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Thomas M. Owen's Revolutionary Soldiers in Alabama

PREFATORY NOTE TO
THOMAS M. OWEN'S

REVOLUTIONARY SOLDIERS IN ALABAMA, 1911


"It is believed that the publication of this compilation will be of much practical service to large numbers of people interested in a study of the personal records of the Heroes of the American Revolution. And this is true, although the lists are manifestly incomplete, and the sketches are wanting in many desirable details.

 

"The lists have been made up from altogether reliable and authentic sources. These consist of contemporary obituaries, drawn from old newspaper files; the Revolutionary Pension Roll, published by the U.S. Government as Senate Document 514, 3 volumes, 23rd Congress, 1st Session, 1833-34; the Census of Pensioners, taken officially in 1840, and published by the U. S. Government in 1841, in one volume; inscriptions from tombstones; well authenticated data taken from published family histories; and the manuscript Pension Book, kept officially by the State Branch Bank at Mobile. A few other sources have been drawn upon. Citation of the authority or authorities has been given in each case.

 


"In 1904 Mrs. P. H. Mell published a paper containing thirty sketches, entitled "Revolutionary Soldiers Buried in Alabama." It appears as pp. 527-572, Vol. iv. Transactions of the Alabama Historical Society, l899-l903. Mrs. Mell had been State Historian of the Alabama Division of the Daughters of the American Revolution. While limited in numbers, her paper was prepared with great care. The sketches appear in their proper places in the list here presented, with due credit. Although a few lists of names, either by counties or localities, had been compiled, no pretentious effort prior to the work of Mrs. Mell, had been undertaken.

 

"Inasmuch as this is but a preliminary effort looking to a complete and exhaustive record, the attention of the Department should be brought to any and all errors, to dates and places of death, to places of burial, to the names of those who removed from the State, and to all others whose names ought to be included.

 


Montgomery, Ala., Sept. 30, 1910."


Editorial Notes to
"Revolutionary Soldiers in Alabama,"
Alabama Historical Quarterly
(Winter, 1944)


"In view of the fact that there are thousands of Alabamians who are descended from Revolutionary soldiers, either those buried in this State or in other States, the Alabama State Department., of Arch,ives and History is devoting the 1944, Winter Issue of the. Alabama Historical Quarterly to that subject. In 1911, Thomas McAdory Owen, founder and for twenty years Director of the Department, published as Bulletin No. 5, a pamphlet entitled "Revolutionary Soldiers in Alabama".

 

"In the thirty-four years intervening between that publication and the present one additions have been made to the list. The most active and zealous investigators of the subject are the Daughters of the American Revolution of which Society there are several hundred members in the State, descendants of Revolutionary soldiers of the original thirteen Colonies. In addition to the information derived through the D.A.R., other sources have contributed to the list which sources have been credited in connection with each listing. In only one case was a Negro found on the list, Ned Rice of Jackson County. There were, however, many Negroes in the Revolutionary forces.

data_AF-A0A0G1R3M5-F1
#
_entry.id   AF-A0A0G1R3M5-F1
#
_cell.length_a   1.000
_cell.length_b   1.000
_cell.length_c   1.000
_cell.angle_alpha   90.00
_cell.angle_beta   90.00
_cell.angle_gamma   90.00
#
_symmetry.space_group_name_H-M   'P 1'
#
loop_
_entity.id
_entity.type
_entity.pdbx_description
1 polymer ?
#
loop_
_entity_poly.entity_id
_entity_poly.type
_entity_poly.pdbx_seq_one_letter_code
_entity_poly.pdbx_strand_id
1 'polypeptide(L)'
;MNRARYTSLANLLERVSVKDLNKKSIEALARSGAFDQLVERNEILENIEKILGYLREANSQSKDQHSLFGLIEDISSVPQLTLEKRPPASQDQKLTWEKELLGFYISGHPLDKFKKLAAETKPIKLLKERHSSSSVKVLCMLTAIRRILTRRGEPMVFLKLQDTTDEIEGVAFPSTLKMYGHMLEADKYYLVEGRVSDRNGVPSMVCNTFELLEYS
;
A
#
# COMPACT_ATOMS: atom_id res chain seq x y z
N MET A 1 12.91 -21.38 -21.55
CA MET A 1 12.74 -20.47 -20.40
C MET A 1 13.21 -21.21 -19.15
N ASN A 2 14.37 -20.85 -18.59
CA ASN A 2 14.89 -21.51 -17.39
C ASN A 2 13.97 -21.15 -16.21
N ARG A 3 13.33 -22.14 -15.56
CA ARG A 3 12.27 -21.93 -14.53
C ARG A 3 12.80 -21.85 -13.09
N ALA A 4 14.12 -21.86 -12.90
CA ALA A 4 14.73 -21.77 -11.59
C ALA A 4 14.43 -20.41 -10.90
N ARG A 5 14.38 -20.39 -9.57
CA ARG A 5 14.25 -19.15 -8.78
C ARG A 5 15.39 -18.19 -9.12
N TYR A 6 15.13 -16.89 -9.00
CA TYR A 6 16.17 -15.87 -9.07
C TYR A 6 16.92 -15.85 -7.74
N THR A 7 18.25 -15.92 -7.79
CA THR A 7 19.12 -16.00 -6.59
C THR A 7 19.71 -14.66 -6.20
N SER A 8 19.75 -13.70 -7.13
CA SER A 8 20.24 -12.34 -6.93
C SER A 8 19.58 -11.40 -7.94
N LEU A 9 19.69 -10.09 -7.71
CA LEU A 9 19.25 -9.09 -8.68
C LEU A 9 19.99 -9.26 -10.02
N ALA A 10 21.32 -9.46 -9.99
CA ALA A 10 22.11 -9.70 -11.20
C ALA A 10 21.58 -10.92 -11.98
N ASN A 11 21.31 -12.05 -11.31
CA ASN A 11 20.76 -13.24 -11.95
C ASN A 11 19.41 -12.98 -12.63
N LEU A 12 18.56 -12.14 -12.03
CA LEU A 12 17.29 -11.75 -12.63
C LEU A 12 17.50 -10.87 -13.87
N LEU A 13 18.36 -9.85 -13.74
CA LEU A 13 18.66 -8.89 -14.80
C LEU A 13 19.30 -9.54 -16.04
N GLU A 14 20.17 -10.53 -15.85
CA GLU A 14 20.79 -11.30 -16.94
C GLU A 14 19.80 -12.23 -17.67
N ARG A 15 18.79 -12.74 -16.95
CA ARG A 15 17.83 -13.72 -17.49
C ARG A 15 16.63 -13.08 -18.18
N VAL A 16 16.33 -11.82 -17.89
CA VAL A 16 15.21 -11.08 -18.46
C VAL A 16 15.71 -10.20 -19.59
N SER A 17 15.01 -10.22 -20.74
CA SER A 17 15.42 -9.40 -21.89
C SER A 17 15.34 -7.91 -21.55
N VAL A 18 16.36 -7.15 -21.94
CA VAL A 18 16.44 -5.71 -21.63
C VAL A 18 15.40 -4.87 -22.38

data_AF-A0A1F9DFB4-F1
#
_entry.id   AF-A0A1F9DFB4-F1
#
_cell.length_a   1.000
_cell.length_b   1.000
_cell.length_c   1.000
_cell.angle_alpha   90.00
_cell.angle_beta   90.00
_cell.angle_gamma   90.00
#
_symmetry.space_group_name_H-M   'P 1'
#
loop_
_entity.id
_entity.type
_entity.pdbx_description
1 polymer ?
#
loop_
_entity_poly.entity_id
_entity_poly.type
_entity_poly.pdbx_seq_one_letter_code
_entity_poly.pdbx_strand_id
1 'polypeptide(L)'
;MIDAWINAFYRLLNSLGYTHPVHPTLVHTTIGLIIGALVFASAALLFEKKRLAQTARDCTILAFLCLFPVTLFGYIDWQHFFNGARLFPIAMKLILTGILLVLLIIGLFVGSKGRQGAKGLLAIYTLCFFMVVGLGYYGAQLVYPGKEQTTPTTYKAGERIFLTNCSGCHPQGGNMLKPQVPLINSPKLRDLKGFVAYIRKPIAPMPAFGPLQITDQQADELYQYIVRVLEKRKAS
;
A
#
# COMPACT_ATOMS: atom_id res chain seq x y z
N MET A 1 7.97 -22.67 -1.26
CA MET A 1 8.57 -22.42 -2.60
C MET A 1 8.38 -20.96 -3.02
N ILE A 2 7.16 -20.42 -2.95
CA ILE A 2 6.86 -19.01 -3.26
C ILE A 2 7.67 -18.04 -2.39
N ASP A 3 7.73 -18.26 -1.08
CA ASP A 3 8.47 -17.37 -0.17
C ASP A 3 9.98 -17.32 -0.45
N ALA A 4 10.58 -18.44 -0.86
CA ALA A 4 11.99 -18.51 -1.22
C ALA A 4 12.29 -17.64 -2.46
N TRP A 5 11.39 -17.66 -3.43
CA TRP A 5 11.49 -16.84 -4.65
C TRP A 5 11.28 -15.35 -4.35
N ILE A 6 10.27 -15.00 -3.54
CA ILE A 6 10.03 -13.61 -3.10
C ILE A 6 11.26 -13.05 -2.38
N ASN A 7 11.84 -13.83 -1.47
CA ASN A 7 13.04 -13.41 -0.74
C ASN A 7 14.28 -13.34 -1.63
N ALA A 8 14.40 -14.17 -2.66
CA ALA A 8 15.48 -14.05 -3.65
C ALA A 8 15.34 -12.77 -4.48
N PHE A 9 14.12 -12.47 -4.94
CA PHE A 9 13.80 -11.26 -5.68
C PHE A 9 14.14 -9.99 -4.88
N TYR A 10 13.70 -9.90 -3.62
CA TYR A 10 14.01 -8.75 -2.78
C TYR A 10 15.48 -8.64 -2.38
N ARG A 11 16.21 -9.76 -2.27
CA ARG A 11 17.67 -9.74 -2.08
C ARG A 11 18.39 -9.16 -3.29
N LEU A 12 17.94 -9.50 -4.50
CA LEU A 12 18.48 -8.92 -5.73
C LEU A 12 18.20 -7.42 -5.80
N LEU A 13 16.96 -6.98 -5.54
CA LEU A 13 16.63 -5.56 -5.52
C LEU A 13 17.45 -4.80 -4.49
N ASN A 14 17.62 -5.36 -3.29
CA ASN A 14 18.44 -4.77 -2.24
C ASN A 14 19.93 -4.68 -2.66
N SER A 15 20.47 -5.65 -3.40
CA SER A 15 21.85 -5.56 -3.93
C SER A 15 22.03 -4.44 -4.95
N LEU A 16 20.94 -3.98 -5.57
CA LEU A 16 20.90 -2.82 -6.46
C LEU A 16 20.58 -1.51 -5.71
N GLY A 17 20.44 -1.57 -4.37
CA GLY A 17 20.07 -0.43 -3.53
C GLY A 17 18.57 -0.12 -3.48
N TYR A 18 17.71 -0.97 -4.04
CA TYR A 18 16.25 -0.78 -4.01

"The last list published here, located in Washington by Miss Maud McLure Kelly, Historical Materials Collector of the Department, is made up of men or their widows whose applications to the Federal Government for pensions were denied. These applications were either rejected outright or were suspended pending additional proof which was usually never made. The most frequent grounds for the rejection of the application was that the service shown in the Continental Line had been of less than six months duration or that the service shown had not been rendered in the Continental Line but had been in the State Militia troops, or that the service had been non-military, such as wagoner for the troops, or express riding.

 

"The transportation of troops and other supplies was then a civilian job, not a part of military duties, and those engaged in it were civilians and not entitled to Pensions under the law. One application was rejected because the applicant was too young to qualify for a pension under, the Act of Congress. Three were rejected because the service was rendered after the Revolution had officially ended and three because the applicants had deserted. The rejection of the applications of the widows was because they had married after the date named in the Act of Congress. One Act required that the marriage must have occurred before the close of the Revolutionary War, and the other Act of Congress fixed the date as before January 1, 1794. With the exception of the three whose service occurred after the close of the War and of the three who deserted, all of these men were loyal veterans of the American Revolution.

 

"The Director of the Department of Archives and History wishes to express her appreciation of the painstaking work of Miss Mary R. Mullen in the compilation of this Quarterly. Miss Mullen has been the Librarian of the Department for twenty-seven years having graduated in library science in the Library School of Emory University, Georgia. She has for twenty-five years been the Secretary of the Alabama Library Association and is regarded by the librarians of the Nation as a leader in the library profession." Alabama Historical Quarterly, (Winter, 1944), pp. 520-522.

 


Updated: April 23, 2013
http://www.archives.alabama.gov/al_sldrs/note.html